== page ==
L. Ron Hubbard seems to have really believed that he'd cured himself of various maladies with the help of Dianetics. His writings definitely suggest he does; they seem sincere and he cites sources (which, of course, don't measure up). Joseph Smith and Muhammad don't seem like liars; yes, what they've written contradicts with other things you believe, but just like with the Gospels, you have to trust they're telling the truth (or not). Your "separate attestation of tradition" isn't really so separate if you consider that both the documents and the tradition came out of the same church -- first the oral tradition, and then the documents. Consider that a *single person* could have made the whole thing up, insisting that all these other named (and conveniently unavailable or dead) people saw it too. By the time the evangelists wrote, the trail was pretty cold, and anyway why doubt their revered religious leader who changed their lives? Consider that the Gospel was preached all over the Mediterranean by pairs of apostles .... the church at Corinth, for instance, would have met Paul and Barnabas, maybe, but wouldn't have the chance to interview Peter and Mary Magdalene before deciding whether or not to believe. A few stirring speeches, and they were lining up to be baptized. Once there are hundreds of people in your town and thousands in the world who accept the message, it seems a little silly to be skeptical about how you've never met the eyewitnesses.

I hate constructing this story because I know as Catholics we see it very differently, and nothing can be more offensive than calling St. Peter or Paul liars. But it IS a possibility.

Sheila said...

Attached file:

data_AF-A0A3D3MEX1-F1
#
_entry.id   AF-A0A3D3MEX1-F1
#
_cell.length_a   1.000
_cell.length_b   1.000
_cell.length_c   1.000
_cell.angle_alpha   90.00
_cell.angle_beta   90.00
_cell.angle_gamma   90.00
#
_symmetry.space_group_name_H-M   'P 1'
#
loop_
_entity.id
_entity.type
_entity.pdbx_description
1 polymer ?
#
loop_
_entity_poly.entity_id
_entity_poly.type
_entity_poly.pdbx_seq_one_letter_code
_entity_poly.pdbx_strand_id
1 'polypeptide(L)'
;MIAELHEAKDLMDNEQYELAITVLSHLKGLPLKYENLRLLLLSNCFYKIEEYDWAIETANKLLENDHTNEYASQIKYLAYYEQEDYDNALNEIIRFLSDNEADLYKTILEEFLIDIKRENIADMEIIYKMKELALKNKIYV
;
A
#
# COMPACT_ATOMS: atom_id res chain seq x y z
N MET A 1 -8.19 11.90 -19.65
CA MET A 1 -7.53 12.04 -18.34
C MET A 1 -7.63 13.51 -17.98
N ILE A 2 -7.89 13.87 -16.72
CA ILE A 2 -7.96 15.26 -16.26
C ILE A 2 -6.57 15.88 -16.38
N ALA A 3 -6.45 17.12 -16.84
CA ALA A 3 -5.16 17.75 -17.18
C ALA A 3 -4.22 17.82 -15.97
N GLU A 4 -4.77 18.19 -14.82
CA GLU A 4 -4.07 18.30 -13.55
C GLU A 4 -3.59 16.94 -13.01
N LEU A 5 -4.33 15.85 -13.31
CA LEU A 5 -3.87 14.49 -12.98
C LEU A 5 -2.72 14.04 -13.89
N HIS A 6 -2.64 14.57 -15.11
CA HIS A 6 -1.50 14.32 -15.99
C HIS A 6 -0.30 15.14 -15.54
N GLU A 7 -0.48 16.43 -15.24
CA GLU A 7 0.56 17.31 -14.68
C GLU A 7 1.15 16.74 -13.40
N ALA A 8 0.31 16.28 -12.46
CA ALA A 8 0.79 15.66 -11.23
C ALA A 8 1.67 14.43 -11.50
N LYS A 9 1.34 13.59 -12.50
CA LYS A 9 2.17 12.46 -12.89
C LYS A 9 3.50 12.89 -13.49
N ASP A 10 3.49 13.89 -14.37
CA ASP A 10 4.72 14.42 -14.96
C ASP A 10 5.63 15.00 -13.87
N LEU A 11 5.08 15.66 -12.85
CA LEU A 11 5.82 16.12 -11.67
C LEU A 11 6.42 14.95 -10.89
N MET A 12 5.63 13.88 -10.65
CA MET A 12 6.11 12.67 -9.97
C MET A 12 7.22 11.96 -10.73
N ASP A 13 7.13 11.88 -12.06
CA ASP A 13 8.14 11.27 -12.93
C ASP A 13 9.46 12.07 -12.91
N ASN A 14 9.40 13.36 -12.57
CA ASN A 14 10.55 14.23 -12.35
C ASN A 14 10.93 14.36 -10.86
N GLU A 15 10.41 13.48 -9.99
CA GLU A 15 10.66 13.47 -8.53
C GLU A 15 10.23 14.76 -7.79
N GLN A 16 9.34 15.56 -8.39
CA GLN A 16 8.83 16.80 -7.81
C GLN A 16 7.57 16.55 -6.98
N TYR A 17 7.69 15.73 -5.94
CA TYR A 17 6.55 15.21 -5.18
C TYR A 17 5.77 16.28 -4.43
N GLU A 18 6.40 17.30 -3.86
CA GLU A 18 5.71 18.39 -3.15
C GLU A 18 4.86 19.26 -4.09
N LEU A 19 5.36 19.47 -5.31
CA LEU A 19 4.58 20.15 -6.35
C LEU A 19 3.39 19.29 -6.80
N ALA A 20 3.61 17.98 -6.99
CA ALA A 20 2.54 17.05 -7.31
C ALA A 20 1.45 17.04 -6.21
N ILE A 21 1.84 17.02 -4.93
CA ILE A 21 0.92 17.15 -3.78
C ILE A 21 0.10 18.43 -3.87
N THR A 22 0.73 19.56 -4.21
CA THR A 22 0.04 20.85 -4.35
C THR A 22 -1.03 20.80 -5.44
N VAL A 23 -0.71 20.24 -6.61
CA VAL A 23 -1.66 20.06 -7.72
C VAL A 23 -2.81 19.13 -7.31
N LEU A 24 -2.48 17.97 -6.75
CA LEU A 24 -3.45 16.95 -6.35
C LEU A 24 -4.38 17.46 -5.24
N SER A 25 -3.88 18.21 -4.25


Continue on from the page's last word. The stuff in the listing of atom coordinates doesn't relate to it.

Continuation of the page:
E, considering that at most one religion is true and there are thousands, the possibility of being deceived is high. And considering that most religions include commandments that would make no sense outside of that belief-system -- in part to force people to "ante up" and prove they believe -- if I were deceived, the probability is high that I would be hurt by it, at least in small ways. Certainly I already feel hurt by the possibility that I have spent so much time and money propagating something that might not be true, and that no one ever suggested to me that it might not be true. They swore they were as sure as the sun goes round, only to reveal later when I pressed for evidence that, well, of course you can't be sure, it's a matter of faith.

I just feel that, given the risks, the smart thing is to keep an open mind and keep looking at evidence. But the Catholic Church says you may NOT keep an open mind. A person who keeps an open mind is not a believer .... even though my mind is at least as open to God as to anything or anyone else.

SO, wouldn't you say this experiment has been run, when Jesus gave his two-part prophecy that, 1, Jerusalem would be destroyed, and 2, immediately after this, and within the lifetime of the people standing there, he would return in glory? It's an easily disprovable prophecy, it's reasonably clear, and it's set within a clear timeframe so you can't keep pretending it's still in the future. I can easily see Mark (or Matthew, depending on who you think was first) putting that in there as solid proof that Jesus can prophesy, because it would have been written soon after the destruction of Jerusalem, but since it's undated they could claim it was written before. It would also serve as proof that we live in the end times and therefore a high level of fervor was required.

Enbrethiliel said...

+JMJ+